‘I’m still praying and hoping we get to go back’: Families flee their homes as wildfire tears through Nespelem
NESPELEM, Wash. — “I started getting emotional. I start crying and I’m like, ‘Come on, please pray.’”
Relying on prayers to persevere — that’s how Barbara Cox is trying to move forward after fleeing her home in Nespelem with her 20-month old daughter.
“In the last 30 years, I haven’t seen a fire like this,” said Cox.
Her daughter has asthma and Barbara isn’t sure when she’ll be able to go back home.
“I just don’t want my daughter around that, because breathing in all that black smoke is making her health a lot worse,” said Cox.
She’s one of hundreds displaced by fires started by lightning that fire crews still haven’t been able to get under control. So far, 10,000 acres have burned — more than 15 square miles. High winds, brush, trees and extremely dry conditions are making the task even harder.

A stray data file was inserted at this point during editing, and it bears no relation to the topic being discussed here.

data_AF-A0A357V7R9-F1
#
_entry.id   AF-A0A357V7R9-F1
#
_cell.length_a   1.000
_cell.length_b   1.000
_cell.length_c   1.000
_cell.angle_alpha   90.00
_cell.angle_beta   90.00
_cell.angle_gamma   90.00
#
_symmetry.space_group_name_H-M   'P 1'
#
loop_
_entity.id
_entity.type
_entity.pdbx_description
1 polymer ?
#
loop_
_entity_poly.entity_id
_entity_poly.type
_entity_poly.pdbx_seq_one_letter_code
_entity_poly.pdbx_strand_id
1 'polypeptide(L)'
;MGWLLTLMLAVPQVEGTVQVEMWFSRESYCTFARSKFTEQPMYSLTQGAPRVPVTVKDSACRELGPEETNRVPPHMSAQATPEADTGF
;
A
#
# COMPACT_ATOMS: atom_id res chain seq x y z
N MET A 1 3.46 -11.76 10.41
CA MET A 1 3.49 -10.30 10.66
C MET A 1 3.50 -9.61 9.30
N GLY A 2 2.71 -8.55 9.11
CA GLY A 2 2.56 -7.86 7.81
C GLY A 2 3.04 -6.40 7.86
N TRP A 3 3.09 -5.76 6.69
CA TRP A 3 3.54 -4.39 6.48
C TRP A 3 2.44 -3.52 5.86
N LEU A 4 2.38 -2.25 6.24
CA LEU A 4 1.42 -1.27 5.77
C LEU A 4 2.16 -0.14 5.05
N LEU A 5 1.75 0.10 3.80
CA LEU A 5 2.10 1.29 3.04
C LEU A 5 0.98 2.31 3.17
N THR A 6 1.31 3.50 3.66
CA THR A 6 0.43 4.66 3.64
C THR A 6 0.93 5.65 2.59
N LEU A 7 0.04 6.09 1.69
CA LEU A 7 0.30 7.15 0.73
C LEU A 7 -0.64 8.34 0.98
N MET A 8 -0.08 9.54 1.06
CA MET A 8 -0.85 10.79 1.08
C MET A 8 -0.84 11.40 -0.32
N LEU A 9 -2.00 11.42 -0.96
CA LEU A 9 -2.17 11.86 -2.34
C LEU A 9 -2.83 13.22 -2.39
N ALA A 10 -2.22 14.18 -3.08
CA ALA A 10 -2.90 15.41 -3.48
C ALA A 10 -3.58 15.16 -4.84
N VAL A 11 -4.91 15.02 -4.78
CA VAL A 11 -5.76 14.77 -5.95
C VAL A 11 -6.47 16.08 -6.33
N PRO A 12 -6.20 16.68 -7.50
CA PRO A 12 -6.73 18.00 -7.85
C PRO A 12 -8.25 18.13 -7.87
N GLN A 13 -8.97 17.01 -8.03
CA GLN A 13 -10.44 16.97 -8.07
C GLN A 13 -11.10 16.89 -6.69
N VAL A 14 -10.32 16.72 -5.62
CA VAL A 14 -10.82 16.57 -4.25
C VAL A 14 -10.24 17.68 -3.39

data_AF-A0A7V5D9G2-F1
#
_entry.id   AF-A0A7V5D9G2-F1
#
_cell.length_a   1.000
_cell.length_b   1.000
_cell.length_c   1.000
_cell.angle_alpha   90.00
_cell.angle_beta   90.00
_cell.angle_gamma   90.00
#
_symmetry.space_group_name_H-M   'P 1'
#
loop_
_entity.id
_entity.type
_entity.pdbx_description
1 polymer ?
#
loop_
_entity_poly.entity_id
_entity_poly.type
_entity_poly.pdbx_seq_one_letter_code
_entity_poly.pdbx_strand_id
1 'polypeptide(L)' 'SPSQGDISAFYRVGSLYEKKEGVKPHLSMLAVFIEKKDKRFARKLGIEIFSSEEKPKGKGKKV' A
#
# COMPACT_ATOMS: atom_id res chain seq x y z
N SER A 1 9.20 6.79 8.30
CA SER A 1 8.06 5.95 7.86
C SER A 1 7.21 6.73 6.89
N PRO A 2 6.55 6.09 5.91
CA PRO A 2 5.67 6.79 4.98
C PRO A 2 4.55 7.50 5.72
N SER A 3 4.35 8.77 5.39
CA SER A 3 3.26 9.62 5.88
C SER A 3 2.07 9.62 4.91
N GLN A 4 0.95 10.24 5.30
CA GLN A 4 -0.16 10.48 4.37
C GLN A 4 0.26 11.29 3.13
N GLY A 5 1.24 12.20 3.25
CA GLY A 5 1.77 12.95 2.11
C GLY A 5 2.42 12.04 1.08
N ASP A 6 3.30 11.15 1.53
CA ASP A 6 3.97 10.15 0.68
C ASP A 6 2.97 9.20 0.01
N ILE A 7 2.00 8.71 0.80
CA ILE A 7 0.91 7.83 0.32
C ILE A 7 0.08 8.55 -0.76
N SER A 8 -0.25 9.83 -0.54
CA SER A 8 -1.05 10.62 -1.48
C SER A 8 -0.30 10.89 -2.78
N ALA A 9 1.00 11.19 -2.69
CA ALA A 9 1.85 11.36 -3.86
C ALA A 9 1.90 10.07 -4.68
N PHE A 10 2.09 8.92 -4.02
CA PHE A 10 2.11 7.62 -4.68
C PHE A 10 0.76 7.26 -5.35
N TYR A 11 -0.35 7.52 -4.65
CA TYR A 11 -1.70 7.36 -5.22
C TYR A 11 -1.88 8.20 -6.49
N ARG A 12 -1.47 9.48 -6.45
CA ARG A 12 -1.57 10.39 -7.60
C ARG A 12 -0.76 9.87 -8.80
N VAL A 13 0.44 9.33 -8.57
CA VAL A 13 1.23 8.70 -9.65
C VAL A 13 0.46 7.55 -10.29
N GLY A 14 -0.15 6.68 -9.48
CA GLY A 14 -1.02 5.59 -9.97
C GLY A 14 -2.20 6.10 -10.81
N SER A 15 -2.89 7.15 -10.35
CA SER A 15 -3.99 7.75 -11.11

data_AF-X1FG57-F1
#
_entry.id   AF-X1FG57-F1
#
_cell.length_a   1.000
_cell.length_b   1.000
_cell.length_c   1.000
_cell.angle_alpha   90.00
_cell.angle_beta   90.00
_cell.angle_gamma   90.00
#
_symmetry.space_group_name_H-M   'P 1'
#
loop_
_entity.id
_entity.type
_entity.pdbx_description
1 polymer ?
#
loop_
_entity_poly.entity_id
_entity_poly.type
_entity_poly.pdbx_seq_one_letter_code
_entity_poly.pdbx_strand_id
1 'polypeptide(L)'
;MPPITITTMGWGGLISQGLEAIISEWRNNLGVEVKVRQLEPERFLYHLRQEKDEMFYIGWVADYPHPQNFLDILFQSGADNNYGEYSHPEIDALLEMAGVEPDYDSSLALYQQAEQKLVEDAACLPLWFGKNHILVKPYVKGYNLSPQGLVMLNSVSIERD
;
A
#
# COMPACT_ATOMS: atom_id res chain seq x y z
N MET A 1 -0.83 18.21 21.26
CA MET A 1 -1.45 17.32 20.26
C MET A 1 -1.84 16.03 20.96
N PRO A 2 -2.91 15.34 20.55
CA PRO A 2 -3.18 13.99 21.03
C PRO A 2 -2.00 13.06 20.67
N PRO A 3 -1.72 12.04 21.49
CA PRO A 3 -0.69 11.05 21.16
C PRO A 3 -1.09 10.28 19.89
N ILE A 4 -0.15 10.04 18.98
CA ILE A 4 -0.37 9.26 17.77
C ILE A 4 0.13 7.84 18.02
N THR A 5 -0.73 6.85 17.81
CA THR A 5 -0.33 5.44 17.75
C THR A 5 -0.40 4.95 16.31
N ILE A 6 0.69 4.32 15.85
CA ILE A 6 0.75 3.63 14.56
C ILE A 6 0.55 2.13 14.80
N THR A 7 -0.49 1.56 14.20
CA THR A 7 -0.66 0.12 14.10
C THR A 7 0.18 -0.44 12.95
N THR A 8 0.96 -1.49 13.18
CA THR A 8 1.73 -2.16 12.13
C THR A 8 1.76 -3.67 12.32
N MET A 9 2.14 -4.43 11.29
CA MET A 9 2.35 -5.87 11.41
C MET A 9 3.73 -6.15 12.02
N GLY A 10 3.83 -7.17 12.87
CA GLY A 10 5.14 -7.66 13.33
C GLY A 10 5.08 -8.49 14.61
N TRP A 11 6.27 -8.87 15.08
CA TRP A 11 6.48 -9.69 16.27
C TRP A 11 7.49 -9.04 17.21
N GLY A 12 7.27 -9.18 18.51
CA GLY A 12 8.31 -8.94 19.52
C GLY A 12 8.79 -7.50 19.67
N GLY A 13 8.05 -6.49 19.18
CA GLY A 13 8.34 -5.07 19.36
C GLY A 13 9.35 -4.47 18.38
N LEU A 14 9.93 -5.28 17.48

“I’m still praying and hoping we get to go back up there in the next day or so,” said Carolyn Francis.
She is also staying at the Coulee House Hotel. She was evacuated from the Colville Tribal Convalescence Center with many other seniors.
“It is scary, and knowing that it can ruin everything in just a matter of time,” said Francis.
As they wait, they’re passing the time however they can. Whether it’s finding a moment of laughter with her daughter or reflecting on what they’ve been through, hoping the fire that forced them from their homes doesn’t happen again.
“I hope one day she doesn’t have to do this again,” said Francis.
Something Cox was really worried about was the livestock. She’s devastated that so much wildlife will be lost in this fire. Officials say several livestock, horses and wildlife were severely injured and many had to be euthanized. Firefighters say this fire is still 0% contained.
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